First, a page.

Ducking and going to the body with quick two handed combinations McGovern would then come up with a powerful right to the head. The Gazette writer depicted McGovern in his fight with Casper Leon as having “a beautiful right hand cross-counter punch” that lands with “such marvelous force that something has to drop, and that something usually lays stretched out until the referee counts the fateful ten.”
When Terry McGovern challenged champion Pedlar Palmer for the bantamweight championship the boxing public expected a great boxer versus puncher match up. Instead they saw an annihilation. Like Tyson’s 1988 knockout of the previously undefeated Mike Spinks, McGovern’s 1899 knockout of previously unbeaten Palmer ended in the first round. McGovern stunned the crowd with a terrifying right hand to the chin that won the championship in record time. McGovern was just 19 years old.
George Dixon, one of the greatest fighters of all time, reigned as Featherweight champion for nearly 10 years and made 23 successful title defenses. His boxing skills were so highly regarded he was considered to be “a fighter without a flaw” during his prime years. Although Dixon was past his peak and wearing down from a long career he had never been knocked off his feet in a regulation match. McGovern gave him no respect attacking him with the same ferocity as he did all of his other opponent’s. McGovern laid a beating on Dixon taking away his title and sending him to the canvas twice in the 8th and final round. McGovern was now the world featherweight boxing champion and he was not done yet.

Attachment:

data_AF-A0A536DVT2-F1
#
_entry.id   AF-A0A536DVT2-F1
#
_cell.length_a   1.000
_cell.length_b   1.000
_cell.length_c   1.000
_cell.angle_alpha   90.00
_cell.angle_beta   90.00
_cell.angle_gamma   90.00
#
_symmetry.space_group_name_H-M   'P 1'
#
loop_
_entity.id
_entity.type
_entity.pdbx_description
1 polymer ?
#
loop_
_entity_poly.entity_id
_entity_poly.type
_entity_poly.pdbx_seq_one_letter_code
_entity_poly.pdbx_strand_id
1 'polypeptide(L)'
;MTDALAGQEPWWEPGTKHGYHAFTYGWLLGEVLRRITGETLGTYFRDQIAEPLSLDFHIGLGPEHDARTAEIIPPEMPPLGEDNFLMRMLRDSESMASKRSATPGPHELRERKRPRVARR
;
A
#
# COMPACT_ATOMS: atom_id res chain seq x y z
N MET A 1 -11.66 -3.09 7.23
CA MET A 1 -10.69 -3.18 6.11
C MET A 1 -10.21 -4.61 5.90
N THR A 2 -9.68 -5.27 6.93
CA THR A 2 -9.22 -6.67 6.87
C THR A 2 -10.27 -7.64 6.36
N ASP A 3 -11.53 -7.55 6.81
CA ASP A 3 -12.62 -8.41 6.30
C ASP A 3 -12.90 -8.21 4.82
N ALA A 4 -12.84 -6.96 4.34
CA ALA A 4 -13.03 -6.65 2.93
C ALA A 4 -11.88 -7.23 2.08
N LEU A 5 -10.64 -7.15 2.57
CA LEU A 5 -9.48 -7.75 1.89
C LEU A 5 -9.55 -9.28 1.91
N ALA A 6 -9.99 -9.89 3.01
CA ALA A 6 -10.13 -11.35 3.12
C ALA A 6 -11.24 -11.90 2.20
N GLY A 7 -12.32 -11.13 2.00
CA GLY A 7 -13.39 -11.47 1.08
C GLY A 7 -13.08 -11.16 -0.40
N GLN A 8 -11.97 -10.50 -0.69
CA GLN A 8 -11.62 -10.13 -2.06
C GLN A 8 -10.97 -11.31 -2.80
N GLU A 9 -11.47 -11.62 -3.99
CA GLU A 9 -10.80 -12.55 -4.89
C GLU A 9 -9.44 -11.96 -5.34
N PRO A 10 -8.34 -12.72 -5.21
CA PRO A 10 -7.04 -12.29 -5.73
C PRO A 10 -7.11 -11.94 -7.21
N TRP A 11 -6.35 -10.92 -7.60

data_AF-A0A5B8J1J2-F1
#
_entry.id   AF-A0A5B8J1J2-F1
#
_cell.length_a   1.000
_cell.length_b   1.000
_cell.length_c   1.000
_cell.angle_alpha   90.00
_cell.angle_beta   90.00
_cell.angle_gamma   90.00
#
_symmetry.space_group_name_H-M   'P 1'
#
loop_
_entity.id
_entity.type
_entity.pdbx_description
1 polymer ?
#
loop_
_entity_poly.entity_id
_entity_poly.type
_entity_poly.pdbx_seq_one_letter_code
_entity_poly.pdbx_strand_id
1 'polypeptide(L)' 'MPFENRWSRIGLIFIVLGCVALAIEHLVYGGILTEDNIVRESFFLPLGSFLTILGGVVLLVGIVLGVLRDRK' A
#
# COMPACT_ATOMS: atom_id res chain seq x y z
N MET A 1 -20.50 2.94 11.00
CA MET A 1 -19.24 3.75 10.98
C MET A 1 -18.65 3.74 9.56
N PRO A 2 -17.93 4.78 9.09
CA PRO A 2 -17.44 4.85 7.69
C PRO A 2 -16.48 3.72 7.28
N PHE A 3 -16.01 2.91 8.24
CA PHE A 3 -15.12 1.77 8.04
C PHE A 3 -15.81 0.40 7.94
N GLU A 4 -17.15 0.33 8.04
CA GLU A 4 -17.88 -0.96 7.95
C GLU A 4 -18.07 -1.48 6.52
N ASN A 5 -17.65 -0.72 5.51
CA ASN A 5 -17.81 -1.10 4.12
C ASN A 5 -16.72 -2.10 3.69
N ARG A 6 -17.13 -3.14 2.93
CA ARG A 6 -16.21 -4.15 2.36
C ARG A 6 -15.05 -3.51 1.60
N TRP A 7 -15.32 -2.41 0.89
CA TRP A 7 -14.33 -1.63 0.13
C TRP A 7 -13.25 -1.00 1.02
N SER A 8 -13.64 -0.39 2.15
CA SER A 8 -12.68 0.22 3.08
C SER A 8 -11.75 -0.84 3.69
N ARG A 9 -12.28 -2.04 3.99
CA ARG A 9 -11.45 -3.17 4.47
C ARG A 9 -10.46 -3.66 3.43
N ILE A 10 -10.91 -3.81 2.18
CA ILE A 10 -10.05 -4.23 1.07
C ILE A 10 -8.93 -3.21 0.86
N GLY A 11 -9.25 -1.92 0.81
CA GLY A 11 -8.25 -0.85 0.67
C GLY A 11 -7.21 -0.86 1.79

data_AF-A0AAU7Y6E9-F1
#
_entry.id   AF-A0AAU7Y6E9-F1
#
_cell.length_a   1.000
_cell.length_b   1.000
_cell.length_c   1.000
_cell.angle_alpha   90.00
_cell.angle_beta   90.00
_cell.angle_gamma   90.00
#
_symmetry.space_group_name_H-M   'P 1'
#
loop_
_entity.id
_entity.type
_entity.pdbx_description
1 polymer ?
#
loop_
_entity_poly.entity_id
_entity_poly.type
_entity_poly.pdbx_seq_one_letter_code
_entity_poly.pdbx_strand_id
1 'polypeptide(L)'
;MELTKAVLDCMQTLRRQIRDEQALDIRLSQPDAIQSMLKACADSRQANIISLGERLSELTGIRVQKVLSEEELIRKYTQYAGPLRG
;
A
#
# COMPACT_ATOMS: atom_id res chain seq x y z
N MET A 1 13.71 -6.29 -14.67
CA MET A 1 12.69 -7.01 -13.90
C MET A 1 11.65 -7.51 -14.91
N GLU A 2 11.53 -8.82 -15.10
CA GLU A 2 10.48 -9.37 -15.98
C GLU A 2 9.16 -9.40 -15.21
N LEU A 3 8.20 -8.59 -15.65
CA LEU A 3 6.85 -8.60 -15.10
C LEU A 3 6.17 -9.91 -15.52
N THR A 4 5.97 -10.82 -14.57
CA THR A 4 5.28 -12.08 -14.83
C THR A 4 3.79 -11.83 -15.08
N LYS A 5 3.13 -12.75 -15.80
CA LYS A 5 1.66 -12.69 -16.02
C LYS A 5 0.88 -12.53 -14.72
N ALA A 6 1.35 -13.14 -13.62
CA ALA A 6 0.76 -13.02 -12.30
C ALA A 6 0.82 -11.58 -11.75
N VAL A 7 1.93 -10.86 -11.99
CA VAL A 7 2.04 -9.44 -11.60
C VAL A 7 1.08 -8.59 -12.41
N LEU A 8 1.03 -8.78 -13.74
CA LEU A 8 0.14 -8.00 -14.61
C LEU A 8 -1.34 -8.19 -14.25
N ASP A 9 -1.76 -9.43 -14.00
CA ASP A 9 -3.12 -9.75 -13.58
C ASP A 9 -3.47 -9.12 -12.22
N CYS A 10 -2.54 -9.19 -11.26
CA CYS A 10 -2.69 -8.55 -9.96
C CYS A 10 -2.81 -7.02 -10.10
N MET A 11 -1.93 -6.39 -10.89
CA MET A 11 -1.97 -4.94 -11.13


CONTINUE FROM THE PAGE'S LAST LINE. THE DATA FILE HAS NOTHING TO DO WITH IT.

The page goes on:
“Unconquered and unconquerable Terry McGovern, the Brooklyn whirlwind fighter, stands today without a peer in the pugilistic world” wrote the Gazette after McGovern defeated lightweight champion Frank Erne in a non-title match. McGovern vanquished Erne in three rounds. In the space of 10 months he had defeated the bantamweight, featherweight, and lightweight world champions all by knockout. At one point he had knocked out 10 men in a total of 17 rounds and the victims included highly ranked contenders Pat Haley and Harry Forbes.
Like Tyson after him McGovern was considered an invincible puncher who could not be beat. Terrible Terry’s reign of terror over the lower weight classes ended when he was upset and beaten by Young Corbett. The Gazette wrote, “McGovern for the first time in his career, met an opponent who was not afraid of him, and a clear headed, strong, quick and shifty boxer who had a tremendous punch.” Corbett had won the battle of psychological warfare by incensing McGovern and causing him to lose his cool. Before the fight he went by McGovern’s dressing room and yelled, “Come on out you Irish Rat, and take the licking of your life.”
McGovern charged at Corbett during the opening bell but didn’t cover up and left himself wide open. Corbett landed a strong right hand counter that put McGovern on his pants. McGovern came back and decked Corbett the same round but he was making mistakes. In the second round Corbett again caught McGovern coming in wildly and knocked him down for the second time and soon finished him. Corbett also beat McGovern a rematch stopping him in 11 rounds to prove it was no fluke.
Neither McGovern nor Tyson were quite the same once their aura of invincibility was removed.
McGovern after being bested began to suffer from mental problems. He spent much of his later life institutionalized.
Francis Albertanti, writer for The Ring Magazine and witness to hundreds of live fights, wrote in 1928, “We may never live to see a duplicate of the famous ‘Terrible Terry’. Fighters like McGovern come once in a lifetime.”